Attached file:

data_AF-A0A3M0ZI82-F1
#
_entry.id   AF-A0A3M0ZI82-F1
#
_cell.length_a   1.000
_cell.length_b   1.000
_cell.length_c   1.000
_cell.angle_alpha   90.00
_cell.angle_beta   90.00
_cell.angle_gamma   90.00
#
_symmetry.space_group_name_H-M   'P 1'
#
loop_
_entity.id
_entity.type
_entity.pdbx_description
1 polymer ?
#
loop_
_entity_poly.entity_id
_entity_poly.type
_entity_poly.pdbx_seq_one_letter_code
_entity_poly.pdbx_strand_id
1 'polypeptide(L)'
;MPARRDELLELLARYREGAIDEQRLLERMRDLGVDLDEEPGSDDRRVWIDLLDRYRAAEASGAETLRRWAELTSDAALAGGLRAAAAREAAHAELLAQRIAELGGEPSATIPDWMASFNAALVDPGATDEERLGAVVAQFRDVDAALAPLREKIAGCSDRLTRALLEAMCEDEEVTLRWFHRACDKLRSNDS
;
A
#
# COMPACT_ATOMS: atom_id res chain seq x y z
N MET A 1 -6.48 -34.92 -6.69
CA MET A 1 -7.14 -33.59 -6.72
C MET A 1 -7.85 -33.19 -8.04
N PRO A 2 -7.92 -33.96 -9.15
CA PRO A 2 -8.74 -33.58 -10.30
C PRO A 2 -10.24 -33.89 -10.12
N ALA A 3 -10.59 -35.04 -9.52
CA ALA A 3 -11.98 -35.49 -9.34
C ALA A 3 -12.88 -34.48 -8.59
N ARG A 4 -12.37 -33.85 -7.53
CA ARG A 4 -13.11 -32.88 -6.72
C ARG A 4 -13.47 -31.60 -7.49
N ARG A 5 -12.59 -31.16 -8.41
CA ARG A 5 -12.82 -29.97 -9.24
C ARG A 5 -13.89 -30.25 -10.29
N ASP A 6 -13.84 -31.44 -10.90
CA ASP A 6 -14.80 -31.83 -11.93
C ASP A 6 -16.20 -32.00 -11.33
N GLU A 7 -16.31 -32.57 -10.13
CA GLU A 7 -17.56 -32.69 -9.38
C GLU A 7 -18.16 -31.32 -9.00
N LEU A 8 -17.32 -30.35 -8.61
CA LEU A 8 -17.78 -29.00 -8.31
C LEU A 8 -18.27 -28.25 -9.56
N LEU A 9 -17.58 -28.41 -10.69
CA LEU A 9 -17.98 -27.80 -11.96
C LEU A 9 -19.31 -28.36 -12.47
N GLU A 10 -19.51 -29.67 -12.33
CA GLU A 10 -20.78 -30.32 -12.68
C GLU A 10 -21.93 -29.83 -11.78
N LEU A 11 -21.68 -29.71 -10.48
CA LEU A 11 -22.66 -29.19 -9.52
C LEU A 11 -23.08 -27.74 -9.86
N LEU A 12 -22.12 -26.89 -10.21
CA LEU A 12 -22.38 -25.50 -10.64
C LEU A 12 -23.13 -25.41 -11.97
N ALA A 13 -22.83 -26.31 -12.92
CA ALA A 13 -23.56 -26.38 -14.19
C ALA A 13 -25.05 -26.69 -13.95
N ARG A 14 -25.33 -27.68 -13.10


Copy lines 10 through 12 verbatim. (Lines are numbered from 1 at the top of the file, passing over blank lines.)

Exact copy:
_cell.angle_gamma   90.00
#
_symmetry.space_group_name_H-M   'P 1'